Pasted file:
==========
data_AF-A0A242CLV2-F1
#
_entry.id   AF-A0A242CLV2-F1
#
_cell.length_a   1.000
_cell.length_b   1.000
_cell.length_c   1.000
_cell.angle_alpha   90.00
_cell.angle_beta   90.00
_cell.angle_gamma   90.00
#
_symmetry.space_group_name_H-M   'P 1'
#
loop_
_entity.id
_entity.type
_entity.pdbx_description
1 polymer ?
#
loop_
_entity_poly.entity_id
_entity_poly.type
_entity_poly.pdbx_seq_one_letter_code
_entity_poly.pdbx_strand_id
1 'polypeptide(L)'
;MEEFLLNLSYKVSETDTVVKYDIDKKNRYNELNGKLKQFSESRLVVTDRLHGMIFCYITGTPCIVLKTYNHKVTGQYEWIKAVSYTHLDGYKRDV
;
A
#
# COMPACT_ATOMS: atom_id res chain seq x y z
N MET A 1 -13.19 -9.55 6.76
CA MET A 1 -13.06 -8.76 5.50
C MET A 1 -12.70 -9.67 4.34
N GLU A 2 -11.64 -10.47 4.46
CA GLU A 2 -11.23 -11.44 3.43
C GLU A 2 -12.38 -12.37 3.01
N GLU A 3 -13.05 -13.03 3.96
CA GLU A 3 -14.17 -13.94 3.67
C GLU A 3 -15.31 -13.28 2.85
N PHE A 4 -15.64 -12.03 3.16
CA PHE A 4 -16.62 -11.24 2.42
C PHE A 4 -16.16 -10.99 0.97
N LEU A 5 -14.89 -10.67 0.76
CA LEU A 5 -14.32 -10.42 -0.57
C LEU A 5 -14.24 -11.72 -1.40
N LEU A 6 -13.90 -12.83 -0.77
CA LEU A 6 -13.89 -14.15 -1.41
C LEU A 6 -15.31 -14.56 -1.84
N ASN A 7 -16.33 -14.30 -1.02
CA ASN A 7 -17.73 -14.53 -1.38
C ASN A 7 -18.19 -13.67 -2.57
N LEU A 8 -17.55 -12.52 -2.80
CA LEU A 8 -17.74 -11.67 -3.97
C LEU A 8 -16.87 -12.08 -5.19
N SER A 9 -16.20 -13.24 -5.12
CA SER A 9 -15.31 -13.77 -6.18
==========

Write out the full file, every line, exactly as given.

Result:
data_AF-A0A242CLV2-F1
#
_entry.id   AF-A0A242CLV2-F1
#
_cell.length_a   1.000
_cell.length_b   1.000
_cell.length_c   1.000
_cell.angle_alpha   90.00
_cell.angle_beta   90.00
_cell.angle_gamma   90.00
#
_symmetry.space_group_name_H-M   'P 1'
#
loop_
_entity.id
_entity.type
_entity.pdbx_description
1 polymer ?
#
loop_
_entity_poly.entity_id
_entity_poly.type
_entity_poly.pdbx_seq_one_letter_code
_entity_poly.pdbx_strand_id
1 'polypeptide(L)'
;MEEFLLNLSYKVSETDTVVKYDIDKKNRYNELNGKLKQFSESRLVVTDRLHGMIFCYITGTPCIVLKTYNHKVTGQYEWIKAVSYTHLDGYKRDV
;
A
#
# COMPACT_ATOMS: atom_id res chain seq x y z
N MET A 1 -13.19 -9.55 6.76
CA MET A 1 -13.06 -8.76 5.50
C MET A 1 -12.70 -9.67 4.34
N GLU A 2 -11.64 -10.47 4.46
CA GLU A 2 -11.23 -11.44 3.43
C GLU A 2 -12.38 -12.37 3.01
N GLU A 3 -13.05 -13.03 3.96
CA GLU A 3 -14.17 -13.94 3.67
C GLU A 3 -15.31 -13.28 2.85
N PHE A 4 -15.64 -12.03 3.16
CA PHE A 4 -16.62 -11.24 2.42
C PHE A 4 -16.16 -10.99 0.97
N LEU A 5 -14.89 -10.67 0.76
CA LEU A 5 -14.32 -10.42 -0.57
C LEU A 5 -14.24 -11.72 -1.40
N LEU A 6 -13.90 -12.83 -0.77
CA LEU A 6 -13.89 -14.15 -1.41
C LEU A 6 -15.31 -14.56 -1.84
N ASN A 7 -16.33 -14.30 -1.02
CA ASN A 7 -17.73 -14.53 -1.38
C ASN A 7 -18.19 -13.67 -2.57
N LEU A 8 -17.55 -12.52 -2.80
CA LEU A 8 -17.74 -11.67 -3.97
C LEU A 8 -16.87 -12.08 -5.19
N SER A 9 -16.20 -13.24 -5.12
CA SER A 9 -15.31 -13.77 -6.18